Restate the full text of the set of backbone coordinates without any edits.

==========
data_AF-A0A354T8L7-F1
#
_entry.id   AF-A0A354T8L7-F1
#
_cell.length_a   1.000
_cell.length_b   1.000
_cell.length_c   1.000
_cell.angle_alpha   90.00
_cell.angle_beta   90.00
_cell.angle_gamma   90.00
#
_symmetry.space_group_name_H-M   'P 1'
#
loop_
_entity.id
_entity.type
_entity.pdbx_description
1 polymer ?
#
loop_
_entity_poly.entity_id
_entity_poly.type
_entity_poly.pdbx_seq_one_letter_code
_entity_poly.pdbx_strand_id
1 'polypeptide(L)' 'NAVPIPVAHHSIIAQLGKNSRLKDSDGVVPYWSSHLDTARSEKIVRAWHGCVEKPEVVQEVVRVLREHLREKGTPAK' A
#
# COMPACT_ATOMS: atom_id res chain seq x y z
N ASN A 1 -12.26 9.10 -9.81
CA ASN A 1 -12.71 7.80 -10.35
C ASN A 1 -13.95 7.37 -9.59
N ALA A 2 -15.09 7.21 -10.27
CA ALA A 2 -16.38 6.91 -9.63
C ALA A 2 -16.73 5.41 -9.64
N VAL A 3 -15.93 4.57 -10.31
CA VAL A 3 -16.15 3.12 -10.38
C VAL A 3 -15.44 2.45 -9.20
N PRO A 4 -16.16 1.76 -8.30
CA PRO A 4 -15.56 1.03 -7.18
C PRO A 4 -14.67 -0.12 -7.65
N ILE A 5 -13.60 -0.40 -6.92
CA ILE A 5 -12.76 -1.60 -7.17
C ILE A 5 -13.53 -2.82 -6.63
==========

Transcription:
data_AF-A0A354T8L7-F1
#
_entry.id   AF-A0A354T8L7-F1
#
_cell.length_a   1.000
_cell.length_b   1.000
_cell.length_c   1.000
_cell.angle_alpha   90.00
_cell.angle_beta   90.00
_cell.angle_gamma   90.00
#
_symmetry.space_group_name_H-M   'P 1'
#
loop_
_entity.id
_entity.type
_entity.pdbx_description
1 polymer ?
#
loop_
_entity_poly.entity_id
_entity_poly.type
_entity_poly.pdbx_seq_one_letter_code
_entity_poly.pdbx_strand_id
1 'polypeptide(L)' 'NAVPIPVAHHSIIAQLGKNSRLKDSDGVVPYWSSHLDTARSEKIVRAWHGCVEKPEVVQEVVRVLREHLREKGTPAK' A
#
# COMPACT_ATOMS: atom_id res chain seq x y z
N ASN A 1 -12.26 9.10 -9.81
CA ASN A 1 -12.71 7.80 -10.35
C ASN A 1 -13.95 7.37 -9.59
N ALA A 2 -15.09 7.21 -10.27
CA ALA A 2 -16.38 6.91 -9.63
C ALA A 2 -16.73 5.41 -9.64
N VAL A 3 -15.93 4.57 -10.31
CA VAL A 3 -16.15 3.12 -10.38
C VAL A 3 -15.44 2.45 -9.20
N PRO A 4 -16.16 1.76 -8.30
CA PRO A 4 -15.56 1.03 -7.18
C PRO A 4 -14.67 -0.12 -7.65
N ILE A 5 -13.60 -0.40 -6.92
CA ILE A 5 -12.76 -1.60 -7.17
C ILE A 5 -13.53 -2.82 -6.63